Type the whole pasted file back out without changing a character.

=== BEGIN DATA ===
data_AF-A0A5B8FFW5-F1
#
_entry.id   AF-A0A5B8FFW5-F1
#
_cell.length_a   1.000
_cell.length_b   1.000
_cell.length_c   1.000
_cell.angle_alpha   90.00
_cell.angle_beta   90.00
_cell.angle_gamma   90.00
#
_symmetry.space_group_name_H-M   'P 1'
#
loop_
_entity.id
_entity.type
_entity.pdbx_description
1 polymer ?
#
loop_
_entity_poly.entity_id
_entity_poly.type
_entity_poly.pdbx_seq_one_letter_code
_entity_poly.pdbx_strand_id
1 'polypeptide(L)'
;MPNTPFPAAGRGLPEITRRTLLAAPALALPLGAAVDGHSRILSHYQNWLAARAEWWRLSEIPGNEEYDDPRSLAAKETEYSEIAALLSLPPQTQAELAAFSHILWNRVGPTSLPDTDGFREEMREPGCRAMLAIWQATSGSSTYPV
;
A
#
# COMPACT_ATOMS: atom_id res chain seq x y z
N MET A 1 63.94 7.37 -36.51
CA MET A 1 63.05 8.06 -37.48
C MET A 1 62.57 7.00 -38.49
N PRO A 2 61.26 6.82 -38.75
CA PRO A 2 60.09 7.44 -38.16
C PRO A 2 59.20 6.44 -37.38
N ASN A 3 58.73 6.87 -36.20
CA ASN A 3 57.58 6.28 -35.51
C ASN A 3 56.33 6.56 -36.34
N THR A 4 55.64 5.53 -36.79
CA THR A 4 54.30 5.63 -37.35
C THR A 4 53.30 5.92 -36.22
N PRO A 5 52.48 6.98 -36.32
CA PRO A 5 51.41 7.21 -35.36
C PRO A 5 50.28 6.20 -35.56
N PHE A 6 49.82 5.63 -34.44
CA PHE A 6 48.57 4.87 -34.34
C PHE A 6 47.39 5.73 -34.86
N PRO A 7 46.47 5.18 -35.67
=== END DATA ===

data_AF-A0A5B8FFW5-F1
#
_entry.id   AF-A0A5B8FFW5-F1
#
_cell.length_a   1.000
_cell.length_b   1.000
_cell.length_c   1.000
_cell.angle_alpha   90.00
_cell.angle_beta   90.00
_cell.angle_gamma   90.00
#
_symmetry.space_group_name_H-M   'P 1'
#
loop_
_entity.id
_entity.type
_entity.pdbx_description
1 polymer ?
#
loop_
_entity_poly.entity_id
_entity_poly.type
_entity_poly.pdbx_seq_one_letter_code
_entity_poly.pdbx_strand_id
1 'polypeptide(L)'
;MPNTPFPAAGRGLPEITRRTLLAAPALALPLGAAVDGHSRILSHYQNWLAARAEWWRLSEIPGNEEYDDPRSLAAKETEYSEIAALLSLPPQTQAELAAFSHILWNRVGPTSLPDTDGFREEMREPGCRAMLAIWQATSGSSTYPV
;
A
#
# COMPACT_ATOMS: atom_id res chain seq x y z
N MET A 1 63.94 7.37 -36.51
CA MET A 1 63.05 8.06 -37.48
C MET A 1 62.57 7.00 -38.49
N PRO A 2 61.26 6.82 -38.75
CA PRO A 2 60.09 7.44 -38.16
C PRO A 2 59.20 6.44 -37.38
N ASN A 3 58.73 6.87 -36.20
CA ASN A 3 57.58 6.28 -35.51
C ASN A 3 56.33 6.56 -36.34
N THR A 4 55.64 5.53 -36.79
CA THR A 4 54.30 5.63 -37.35
C THR A 4 53.30 5.92 -36.22
N PRO A 5 52.48 6.98 -36.32
CA PRO A 5 51.41 7.21 -35.36
C PRO A 5 50.28 6.20 -35.56
N PHE A 6 49.82 5.63 -34.44
CA PHE A 6 48.57 4.87 -34.34
C PHE A 6 47.39 5.73 -34.86
N PRO A 7 46.47 5.18 -35.67